Other Voices

Texans, here’s how you can help fight cancer — from the ballot box

When Kathy Martin’s doctor suggested that, as a longtime smoker, she be tested for lung cancer, the 62-year-old resident of Graham didn’t have to travel far to be screened.

Thanks to a program that the Cancer Prevention and Research Institute of Texas funded in 2018, Martin was able to have the necessary scans at her hometown hospital at no cost to her. To her surprise, the screening revealed that she had early-stage cancer, and she underwent surgery to remove a tumor.

Martin is one of thousands of North Texans who have been diagnosed and treated for cancer through programs funded by the cancer institute, a state agency voters approved in 2007. Authorized to issue $3 billion in bonds, the agency, known as CPRIT, has funded groundbreaking cancer research and prevention programs in Texas, making our state a leader in the fight against this deadly disease.

CPRIT has awarded more than $2.4 billion to 108 academic institutions, nonprofit organizations and private companies in Texas. Its balance is running down, but an initiative on the Nov. 5 ballot ballot would provide fresh funding. This worthy investment in the health of Texans deserves your support.

The infusion of state funds has enabled our health care system to build a cancer-fighting infrastructure by recruiting top researchers to the state, expanding lifesaving clinical trials, extending cancer prevention programs into rural areas and supporting the development of new drugs and medical devices.

At MD Anderson Cancer Center in Houston, a CPRIT grant helped to recruit immunologist Jim Allison, who received the Nobel Prize last year for discoveries that led to the development of immunotherapy treatments.

In Dallas, our community has benefited widely from CPRIT. UT Southwestern Medical Center has been a top beneficiary, receiving nearly $460 million in grants. The funding has helped attract more than 50 top researchers to Dallas, enhancing the quality and accessibility of innovative cancer care throughout the region.

In 2016, UT Southwestern achieved a major milestone when it was designated a Comprehensive Cancer Center by the National Cancer Institute, recognizing it as one of the nation’s elite cancer centers. Today, the Harold C. Simmons Comprehensive Cancer Center is the only such NCI-designated cancer center in North Texas and one of just three such centers in Texas.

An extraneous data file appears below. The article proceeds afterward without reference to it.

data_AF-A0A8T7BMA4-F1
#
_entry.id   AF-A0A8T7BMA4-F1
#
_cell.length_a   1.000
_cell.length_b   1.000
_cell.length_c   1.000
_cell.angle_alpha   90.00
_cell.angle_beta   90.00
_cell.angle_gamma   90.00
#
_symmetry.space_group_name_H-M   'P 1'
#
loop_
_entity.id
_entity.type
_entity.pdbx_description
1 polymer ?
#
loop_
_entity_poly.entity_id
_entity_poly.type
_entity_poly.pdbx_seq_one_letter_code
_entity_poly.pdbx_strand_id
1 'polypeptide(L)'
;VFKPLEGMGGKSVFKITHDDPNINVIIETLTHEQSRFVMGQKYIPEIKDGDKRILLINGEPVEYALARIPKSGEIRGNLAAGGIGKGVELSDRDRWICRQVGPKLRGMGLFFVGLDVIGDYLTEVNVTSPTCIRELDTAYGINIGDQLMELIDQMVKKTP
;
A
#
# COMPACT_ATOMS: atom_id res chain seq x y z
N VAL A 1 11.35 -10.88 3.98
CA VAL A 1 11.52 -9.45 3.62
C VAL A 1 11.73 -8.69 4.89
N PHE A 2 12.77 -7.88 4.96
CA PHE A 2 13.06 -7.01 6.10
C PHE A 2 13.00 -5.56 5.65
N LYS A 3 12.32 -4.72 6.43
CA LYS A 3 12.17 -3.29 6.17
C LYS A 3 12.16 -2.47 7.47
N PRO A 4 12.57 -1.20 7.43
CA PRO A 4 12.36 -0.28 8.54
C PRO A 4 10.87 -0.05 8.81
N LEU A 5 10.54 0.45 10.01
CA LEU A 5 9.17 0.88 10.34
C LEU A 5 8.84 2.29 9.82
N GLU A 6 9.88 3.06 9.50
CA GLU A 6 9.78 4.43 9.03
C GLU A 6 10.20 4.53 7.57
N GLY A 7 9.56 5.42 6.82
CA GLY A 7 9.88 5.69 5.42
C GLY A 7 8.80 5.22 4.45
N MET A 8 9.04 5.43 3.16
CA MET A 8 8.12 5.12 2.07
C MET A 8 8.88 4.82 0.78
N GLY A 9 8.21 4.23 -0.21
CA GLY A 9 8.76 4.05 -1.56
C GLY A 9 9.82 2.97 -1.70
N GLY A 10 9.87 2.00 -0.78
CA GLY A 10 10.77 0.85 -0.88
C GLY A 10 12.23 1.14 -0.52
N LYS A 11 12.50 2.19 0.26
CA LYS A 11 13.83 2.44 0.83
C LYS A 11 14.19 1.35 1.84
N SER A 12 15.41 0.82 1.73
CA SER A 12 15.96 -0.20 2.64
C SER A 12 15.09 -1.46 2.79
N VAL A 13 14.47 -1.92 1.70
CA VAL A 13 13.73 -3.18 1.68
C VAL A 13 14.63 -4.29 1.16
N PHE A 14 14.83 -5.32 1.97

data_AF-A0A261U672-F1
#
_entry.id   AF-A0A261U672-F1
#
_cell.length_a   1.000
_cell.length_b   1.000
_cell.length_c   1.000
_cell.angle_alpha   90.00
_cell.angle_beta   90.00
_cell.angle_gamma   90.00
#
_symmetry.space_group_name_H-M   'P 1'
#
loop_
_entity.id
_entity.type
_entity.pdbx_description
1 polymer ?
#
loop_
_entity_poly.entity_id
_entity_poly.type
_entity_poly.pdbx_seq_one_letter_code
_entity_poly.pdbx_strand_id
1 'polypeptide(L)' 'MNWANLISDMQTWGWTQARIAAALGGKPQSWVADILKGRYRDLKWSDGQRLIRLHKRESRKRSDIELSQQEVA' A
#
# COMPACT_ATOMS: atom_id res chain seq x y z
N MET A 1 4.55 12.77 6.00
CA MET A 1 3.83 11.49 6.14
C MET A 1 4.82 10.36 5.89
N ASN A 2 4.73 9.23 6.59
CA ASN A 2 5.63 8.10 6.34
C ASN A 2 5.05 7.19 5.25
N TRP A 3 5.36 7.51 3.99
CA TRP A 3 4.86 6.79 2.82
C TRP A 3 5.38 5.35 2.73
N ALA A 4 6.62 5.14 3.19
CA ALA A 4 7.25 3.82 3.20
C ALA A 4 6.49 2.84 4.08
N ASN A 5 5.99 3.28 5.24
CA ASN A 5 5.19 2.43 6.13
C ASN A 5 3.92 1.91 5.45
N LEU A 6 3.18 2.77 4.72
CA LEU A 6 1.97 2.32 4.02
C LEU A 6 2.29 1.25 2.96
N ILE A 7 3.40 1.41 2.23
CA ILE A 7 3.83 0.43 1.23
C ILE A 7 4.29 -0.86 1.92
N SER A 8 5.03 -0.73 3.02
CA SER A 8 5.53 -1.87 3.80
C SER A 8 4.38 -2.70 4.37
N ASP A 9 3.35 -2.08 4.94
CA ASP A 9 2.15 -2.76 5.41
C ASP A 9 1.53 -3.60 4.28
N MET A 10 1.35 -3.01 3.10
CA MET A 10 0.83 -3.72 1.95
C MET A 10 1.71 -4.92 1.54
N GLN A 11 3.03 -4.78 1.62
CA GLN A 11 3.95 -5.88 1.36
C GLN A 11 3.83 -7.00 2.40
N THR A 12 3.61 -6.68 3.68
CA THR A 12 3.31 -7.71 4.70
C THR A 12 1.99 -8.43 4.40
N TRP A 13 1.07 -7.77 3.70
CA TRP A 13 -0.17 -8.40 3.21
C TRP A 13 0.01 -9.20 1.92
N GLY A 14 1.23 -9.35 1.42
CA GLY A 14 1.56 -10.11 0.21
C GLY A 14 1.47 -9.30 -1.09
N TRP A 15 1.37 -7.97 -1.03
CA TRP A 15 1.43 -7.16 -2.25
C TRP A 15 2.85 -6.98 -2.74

Cancer patients and their families feel the impact of these investments every day. At UT Southwestern, CPRIT funding helped to establish a Kidney Cancer Program that has generated survival rates for stage 4 cancer patients that are double the national benchmark.

Throughout the region, thousands of residents like Kathy Martin have benefited from cancer screening programs that now reach into 35 counties. In the last year, more than 17,500 people were screened for breast, colorectal, cervical, liver, or lung cancer in North Texas, including many underserved populations, through programs administered by UT Southwestern’s Moncrief Cancer Institute in Fort Worth.

Those screenings detected 308 cancers and pre-cancers, many of which might not have been discovered otherwise, and each patient was guided into treatment.

CPRIT also brings people together who are dedicated to the cause, such as Annette Leslie.

In 2010, Leslie’s 17-year-old son, Carson, died of brain cancer. Shortly before he passed away, Carson asked his mother to make sure researchers studied the tumors in his brain because, he told her, “if those tumors can help some kid not die from cancer like I am, I’d like that.”

Annette Leslie formed the Dallas-based Carson Leslie Foundation and was invited to join CPRIT’s Patient Advisory Council on Childhood Cancers. Thanks to her advocacy, CPRIT has expanded its role in pediatric cancer, including a $3.2 million program to fund research directed at less toxic treatments for childhood brain cancer.

In this election, with early voting starting Oct. 21, Texas voters can authorize another $3 billion in bonds to extend CPRIT’s impact well into the future. When you go to the polls, we hope you will remember people like Kathy Martin and Annette Leslie, and cast your vote in favor of Proposition 6 to fight cancer in Texas.

James Huffines is a former chairman of the UT System Board of Regents. Tom Luce is the founder of Texas 2036, which promotes data-based policies to prepare Texas for future growth, and a former member of the CPRIT Oversight Committee.
Related stories from Fort Worth Star Telegram